The Court of Appeal decided that Mercer had not assumed responsibility for, and so did not owe a duty of care to, Precis. The most compelling factor in Precis’ claim was that Mercer knew that there was a corporate transaction in contemplation. Precis claimed that Mercer’s knowledge of the transaction meant that they had assumed a responsibility to them. However, the following facts, mitigated against Mercer assuming responsibility:

  • There was no pre-existing relationship between Mercer and Precis - in fact Mercer’s relationship was with the opposite party in the transaction. Furthermore, Precis did not communicate directly with Mercer.
  • Mercer performed a merely administrative task; it provided historic information that it had already produced for its client. Mercer was not asked to review the information, and was unaware of the exact nature of the transaction. It was also noteworthy that Stoves could easily have provided the valuation report to Precis themselves, in which case no question of duty would have arisen.
  • The purpose for which Mercer provided the information would have been to enable its client to meet Precis’ request for due diligence information, not to enable Precis to rely on the information.
  • The report itself stated that it had been prepared for a particular purpose (reviewing the contribution rate) and could only be relied on by third parties for that purpose and with the consent of the actuary.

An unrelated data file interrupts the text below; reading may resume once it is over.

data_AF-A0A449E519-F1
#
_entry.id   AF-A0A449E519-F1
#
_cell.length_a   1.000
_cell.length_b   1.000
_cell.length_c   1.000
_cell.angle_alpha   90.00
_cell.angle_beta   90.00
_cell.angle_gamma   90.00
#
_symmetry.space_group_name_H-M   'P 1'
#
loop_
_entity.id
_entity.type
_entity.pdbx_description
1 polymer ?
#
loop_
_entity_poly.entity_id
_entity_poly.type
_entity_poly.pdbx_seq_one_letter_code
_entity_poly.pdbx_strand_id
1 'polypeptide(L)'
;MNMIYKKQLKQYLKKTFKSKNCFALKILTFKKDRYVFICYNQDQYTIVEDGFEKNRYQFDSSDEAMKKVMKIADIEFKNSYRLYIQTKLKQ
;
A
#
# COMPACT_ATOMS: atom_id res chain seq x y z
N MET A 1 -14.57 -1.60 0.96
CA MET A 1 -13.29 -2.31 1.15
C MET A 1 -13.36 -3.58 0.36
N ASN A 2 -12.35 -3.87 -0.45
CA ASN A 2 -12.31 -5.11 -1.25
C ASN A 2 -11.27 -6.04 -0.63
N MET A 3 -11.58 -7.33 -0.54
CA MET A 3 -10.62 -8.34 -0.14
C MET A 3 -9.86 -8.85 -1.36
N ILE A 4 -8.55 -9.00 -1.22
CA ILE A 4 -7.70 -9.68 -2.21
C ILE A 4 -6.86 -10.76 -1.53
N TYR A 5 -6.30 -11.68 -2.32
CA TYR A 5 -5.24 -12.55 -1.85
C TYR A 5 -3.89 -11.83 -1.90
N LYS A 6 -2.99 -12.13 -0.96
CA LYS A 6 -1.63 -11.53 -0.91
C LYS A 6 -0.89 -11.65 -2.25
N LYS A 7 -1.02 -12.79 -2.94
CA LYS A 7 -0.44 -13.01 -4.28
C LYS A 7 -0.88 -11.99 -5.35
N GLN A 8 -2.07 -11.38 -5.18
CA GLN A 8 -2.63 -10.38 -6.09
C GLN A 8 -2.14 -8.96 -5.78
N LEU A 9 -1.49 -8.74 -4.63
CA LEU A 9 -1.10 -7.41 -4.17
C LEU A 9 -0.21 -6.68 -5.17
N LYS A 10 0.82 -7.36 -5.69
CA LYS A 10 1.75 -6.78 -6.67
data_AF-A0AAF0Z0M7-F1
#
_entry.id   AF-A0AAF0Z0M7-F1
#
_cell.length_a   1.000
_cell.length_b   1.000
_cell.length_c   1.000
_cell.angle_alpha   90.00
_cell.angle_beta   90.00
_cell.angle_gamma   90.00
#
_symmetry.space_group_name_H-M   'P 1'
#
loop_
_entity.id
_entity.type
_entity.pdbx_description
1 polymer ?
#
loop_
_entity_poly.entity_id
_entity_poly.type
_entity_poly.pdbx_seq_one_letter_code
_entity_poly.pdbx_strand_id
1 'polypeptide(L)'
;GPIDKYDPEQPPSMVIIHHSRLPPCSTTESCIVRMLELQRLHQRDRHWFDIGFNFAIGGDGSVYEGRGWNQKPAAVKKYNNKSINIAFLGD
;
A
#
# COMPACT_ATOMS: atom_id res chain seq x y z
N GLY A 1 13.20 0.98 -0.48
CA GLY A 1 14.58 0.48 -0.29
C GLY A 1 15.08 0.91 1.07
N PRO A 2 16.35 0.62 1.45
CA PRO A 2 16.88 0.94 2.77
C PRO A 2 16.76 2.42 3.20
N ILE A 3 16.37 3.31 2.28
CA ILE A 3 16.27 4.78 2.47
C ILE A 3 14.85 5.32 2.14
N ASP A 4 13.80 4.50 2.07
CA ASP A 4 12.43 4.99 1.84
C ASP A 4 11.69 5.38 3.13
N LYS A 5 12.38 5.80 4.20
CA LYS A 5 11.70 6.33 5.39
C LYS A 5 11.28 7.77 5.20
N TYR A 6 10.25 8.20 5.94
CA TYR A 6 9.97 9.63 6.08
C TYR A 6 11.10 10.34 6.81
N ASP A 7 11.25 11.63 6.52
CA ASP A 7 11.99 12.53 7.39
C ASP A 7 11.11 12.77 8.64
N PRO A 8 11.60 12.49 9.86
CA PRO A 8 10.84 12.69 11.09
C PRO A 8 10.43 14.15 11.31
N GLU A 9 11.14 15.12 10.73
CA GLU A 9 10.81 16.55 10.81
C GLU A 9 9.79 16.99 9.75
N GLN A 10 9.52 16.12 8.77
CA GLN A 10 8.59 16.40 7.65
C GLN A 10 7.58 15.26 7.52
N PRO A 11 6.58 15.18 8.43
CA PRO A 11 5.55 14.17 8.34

• Precis failed to take its own actuarial advice.


Each case will, of course, turn on its own particular facts, but the Courts will look at previous cases for guidance when coming to a decision.

When considering whether an actuary has a duty of care to a third party who is not its client, the Courts are likely to consider the following questions:

  • Was the advice used for the purpose for which it was given or communicated?
  • What was the relationship between the adviser, recipient of the advice and any relevant third party?
  • What was the state of knowledge of the adviser? (a duty can only be owed in respect of transactions or types of transactions of which the adviser has knowledge)
  • Did the recipient of the advice in fact rely on the advice, as opposed to acting on his/her own judgement?

Actuaries and other advisers should therefore be aware of these tests when making their advice available to third parties. There are still no certain answers on third party duties, and the law will continue to develop on a case-by-case basis. However, this case helps to outline the factors which the Court will consider when these cases come before it.

This article was written for Law-Now, CMS Cameron McKenna's free online information service. To register for Law-Now, please go to

Law-Now information is for general purposes and guidance only. The information and opinions expressed in all Law-Now articles are not necessarily comprehensive and do not purport to give professional or legal advice. All Law-Now information relates to circumstances prevailing at the date of its original publication and may not have been updated to reflect subsequent developments.

The original publication date for this article was 27/06/2005.